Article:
Featured Research

from universities, journals, and other organizations

Endangered Sea Turtles Make A Dramatic Turnaround; Poaching Nearly Eliminated In Central American Nesting Ground

Date:
January 27, 2004
Source:
Wildlife Conservation Society
Summary:
Poaching of a critically important population of endangered hawksbill sea turtles along the coast of Nicaragua has dropped by more than 79 percent, thanks to a unique program developed by the Bronx Zoo-based Wildlife Conservation Society that enlists support from local communities, fishing groups, and government agencies.

NEW YORK (Jan. 26, 2004)-- Poaching of a critically important population of endangered hawksbill sea turtles along the coast of Nicaragua has dropped by more than 79 percent, thanks to a unique program developed by the Bronx Zoo-based Wildlife Conservation Society that enlists support from local communities, fishing groups, and government agencies.

Over a four-year period, the practice of illegally removing turtle eggs from nests has dropped from nearly 100 percent on several islands known as the Pearl Cays, to approximately 21 percent during 2002, according to the researchers, who published their results in the latest issue of the journal Chelonian Conservation and Biology.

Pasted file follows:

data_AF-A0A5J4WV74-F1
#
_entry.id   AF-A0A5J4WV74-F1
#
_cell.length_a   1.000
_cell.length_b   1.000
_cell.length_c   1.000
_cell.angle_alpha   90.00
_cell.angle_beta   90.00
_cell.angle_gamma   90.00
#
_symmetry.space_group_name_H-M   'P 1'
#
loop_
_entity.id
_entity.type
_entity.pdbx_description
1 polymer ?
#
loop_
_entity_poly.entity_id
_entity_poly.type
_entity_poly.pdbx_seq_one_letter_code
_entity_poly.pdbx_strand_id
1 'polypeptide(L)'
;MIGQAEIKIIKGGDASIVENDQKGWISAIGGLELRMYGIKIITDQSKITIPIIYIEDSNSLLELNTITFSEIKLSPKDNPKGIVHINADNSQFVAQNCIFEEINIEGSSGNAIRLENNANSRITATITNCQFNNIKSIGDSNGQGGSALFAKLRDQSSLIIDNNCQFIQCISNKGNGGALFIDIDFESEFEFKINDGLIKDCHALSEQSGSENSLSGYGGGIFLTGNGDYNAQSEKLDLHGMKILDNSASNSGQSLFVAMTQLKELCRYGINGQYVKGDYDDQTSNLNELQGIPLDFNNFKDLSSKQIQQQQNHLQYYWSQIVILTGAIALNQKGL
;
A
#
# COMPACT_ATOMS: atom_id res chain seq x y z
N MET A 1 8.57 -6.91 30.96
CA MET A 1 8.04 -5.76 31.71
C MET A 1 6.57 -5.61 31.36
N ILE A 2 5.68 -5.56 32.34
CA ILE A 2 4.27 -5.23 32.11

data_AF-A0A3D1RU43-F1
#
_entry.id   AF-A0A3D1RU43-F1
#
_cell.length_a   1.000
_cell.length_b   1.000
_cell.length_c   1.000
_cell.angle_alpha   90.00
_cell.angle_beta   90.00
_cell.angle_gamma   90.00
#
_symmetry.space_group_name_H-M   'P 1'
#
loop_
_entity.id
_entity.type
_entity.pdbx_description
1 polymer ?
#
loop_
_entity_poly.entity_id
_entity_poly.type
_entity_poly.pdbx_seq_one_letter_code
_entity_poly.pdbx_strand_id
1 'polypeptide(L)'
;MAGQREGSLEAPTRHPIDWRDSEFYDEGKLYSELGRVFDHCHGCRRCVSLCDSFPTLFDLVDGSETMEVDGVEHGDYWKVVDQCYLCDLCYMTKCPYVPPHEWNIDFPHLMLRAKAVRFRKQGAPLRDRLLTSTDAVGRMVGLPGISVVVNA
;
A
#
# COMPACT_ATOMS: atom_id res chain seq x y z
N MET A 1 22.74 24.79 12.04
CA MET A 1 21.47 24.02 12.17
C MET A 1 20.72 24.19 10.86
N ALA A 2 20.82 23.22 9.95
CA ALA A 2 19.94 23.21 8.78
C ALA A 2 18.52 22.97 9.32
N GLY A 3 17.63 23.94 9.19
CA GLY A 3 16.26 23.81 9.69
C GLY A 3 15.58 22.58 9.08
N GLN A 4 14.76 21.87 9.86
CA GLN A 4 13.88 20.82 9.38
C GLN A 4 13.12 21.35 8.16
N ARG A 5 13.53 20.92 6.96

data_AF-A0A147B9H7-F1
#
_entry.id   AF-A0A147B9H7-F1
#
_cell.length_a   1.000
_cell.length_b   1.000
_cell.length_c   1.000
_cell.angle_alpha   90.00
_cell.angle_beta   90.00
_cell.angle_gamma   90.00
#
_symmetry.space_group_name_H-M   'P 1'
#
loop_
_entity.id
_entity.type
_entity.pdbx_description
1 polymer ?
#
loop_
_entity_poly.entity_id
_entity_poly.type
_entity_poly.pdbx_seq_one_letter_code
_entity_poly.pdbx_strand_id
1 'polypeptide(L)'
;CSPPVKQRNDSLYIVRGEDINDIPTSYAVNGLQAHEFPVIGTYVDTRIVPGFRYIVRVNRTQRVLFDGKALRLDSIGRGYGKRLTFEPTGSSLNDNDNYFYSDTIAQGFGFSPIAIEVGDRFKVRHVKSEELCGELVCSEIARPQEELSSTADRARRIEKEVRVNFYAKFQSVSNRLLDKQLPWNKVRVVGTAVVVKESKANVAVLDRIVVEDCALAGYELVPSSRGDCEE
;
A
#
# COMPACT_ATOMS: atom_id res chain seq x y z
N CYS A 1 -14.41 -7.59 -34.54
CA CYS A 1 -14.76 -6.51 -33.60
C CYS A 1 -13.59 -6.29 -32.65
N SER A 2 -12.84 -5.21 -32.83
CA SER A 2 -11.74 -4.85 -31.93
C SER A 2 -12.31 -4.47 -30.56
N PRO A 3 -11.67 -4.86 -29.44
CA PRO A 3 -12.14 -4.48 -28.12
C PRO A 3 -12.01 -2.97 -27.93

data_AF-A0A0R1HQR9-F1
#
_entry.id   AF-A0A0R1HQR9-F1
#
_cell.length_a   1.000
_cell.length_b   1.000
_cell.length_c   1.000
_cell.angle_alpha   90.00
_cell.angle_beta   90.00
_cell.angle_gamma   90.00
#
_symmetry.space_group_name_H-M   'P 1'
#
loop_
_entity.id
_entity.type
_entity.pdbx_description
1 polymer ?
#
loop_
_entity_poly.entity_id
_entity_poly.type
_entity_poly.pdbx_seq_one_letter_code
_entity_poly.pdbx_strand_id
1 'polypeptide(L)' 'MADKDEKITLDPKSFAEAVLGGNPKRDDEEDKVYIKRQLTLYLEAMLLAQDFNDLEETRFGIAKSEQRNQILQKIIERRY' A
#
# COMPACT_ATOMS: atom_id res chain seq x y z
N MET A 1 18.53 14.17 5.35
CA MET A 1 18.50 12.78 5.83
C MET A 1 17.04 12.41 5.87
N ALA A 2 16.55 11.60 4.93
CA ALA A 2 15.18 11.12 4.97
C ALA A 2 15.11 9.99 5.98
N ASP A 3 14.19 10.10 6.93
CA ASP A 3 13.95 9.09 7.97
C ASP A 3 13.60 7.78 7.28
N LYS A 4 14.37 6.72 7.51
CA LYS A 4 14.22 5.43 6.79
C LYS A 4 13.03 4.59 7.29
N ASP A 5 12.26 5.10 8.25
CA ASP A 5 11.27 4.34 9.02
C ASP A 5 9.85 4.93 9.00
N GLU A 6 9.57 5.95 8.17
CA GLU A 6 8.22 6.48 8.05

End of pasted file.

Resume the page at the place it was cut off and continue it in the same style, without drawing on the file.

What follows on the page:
"The Pearl Cays Hawksbill Conservation Project demonstrates how important local partners can be in protecting an endangered species such as the hawksbill turtle," said WCS scientist Dr. Cynthia Lagueux, who has conducted research on turtle populations along the Nicaraguan coast for more than a decade. "Beach surveys and active protection of females and their eggs can make a difference for the survival of this endangered species in this part of the Caribbean."

Weighing up to 200 pounds with a shell some 3 feet in length, the hawksbill turtle has vanished from many areas of its former range around the world. It is hunted for food, eggs and its valuable shell, which is commercially sold as "tortoise-shell" for use in eyeglass frames, hairbrushes, and a host of other fashion items. The species is listed as "critically endangered" by the World Conservation Union (IUCN). Further, hawksbill turtles are listed under Appendix I in the Convention on International Trade of Endangered Species (CITES), which bans all international trade.